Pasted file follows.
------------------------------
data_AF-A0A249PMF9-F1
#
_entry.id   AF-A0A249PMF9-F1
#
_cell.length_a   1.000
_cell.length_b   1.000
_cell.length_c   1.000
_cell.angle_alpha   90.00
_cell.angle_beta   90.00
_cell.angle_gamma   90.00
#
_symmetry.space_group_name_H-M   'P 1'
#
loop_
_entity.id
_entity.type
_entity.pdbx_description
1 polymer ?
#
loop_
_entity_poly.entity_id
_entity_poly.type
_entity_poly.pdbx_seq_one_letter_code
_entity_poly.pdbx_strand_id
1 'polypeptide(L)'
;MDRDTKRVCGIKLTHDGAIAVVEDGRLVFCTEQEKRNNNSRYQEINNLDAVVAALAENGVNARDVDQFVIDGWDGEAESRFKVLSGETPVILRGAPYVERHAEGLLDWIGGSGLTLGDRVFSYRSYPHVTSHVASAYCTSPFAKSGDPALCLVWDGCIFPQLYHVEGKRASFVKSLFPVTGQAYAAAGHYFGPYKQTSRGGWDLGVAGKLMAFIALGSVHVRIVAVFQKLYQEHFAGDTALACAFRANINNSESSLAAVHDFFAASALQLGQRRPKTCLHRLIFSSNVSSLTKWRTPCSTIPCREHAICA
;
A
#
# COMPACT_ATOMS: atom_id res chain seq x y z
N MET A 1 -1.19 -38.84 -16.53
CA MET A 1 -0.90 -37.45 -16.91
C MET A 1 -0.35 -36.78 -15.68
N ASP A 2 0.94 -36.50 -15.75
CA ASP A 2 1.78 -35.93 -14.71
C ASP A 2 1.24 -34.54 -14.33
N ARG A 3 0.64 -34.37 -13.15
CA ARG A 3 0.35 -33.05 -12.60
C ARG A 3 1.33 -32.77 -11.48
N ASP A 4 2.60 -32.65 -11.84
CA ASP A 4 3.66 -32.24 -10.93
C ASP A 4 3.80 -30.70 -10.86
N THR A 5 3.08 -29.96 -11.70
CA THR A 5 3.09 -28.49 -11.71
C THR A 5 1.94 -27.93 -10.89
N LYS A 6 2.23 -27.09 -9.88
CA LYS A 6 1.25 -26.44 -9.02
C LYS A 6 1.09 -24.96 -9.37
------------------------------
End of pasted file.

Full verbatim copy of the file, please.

data_AF-A0A249PMF9-F1
#
_entry.id   AF-A0A249PMF9-F1
#
_cell.length_a   1.000
_cell.length_b   1.000
_cell.length_c   1.000
_cell.angle_alpha   90.00
_cell.angle_beta   90.00
_cell.angle_gamma   90.00
#
_symmetry.space_group_name_H-M   'P 1'
#
loop_
_entity.id
_entity.type
_entity.pdbx_description
1 polymer ?
#
loop_
_entity_poly.entity_id
_entity_poly.type
_entity_poly.pdbx_seq_one_letter_code
_entity_poly.pdbx_strand_id
1 'polypeptide(L)'
;MDRDTKRVCGIKLTHDGAIAVVEDGRLVFCTEQEKRNNNSRYQEINNLDAVVAALAENGVNARDVDQFVIDGWDGEAESRFKVLSGETPVILRGAPYVERHAEGLLDWIGGSGLTLGDRVFSYRSYPHVTSHVASAYCTSPFAKSGDPALCLVWDGCIFPQLYHVEGKRASFVKSLFPVTGQAYAAAGHYFGPYKQTSRGGWDLGVAGKLMAFIALGSVHVRIVAVFQKLYQEHFAGDTALACAFRANINNSESSLAAVHDFFAASALQLGQRRPKTCLHRLIFSSNVSSLTKWRTPCSTIPCREHAICA
;
A
#
# COMPACT_ATOMS: atom_id res chain seq x y z
N MET A 1 -1.19 -38.84 -16.53
CA MET A 1 -0.90 -37.45 -16.91
C MET A 1 -0.35 -36.78 -15.68
N ASP A 2 0.94 -36.50 -15.75
CA ASP A 2 1.78 -35.93 -14.71
C ASP A 2 1.24 -34.54 -14.33
N ARG A 3 0.64 -34.37 -13.15
CA ARG A 3 0.35 -33.05 -12.60
C ARG A 3 1.33 -32.77 -11.48
N ASP A 4 2.60 -32.65 -11.84
CA ASP A 4 3.66 -32.24 -10.93
C ASP A 4 3.80 -30.70 -10.86
N THR A 5 3.08 -29.96 -11.70
CA THR A 5 3.09 -28.49 -11.71
C THR A 5 1.94 -27.93 -10.89
N LYS A 6 2.23 -27.09 -9.88
CA LYS A 6 1.25 -26.44 -9.02
C LYS A 6 1.09 -24.96 -9.37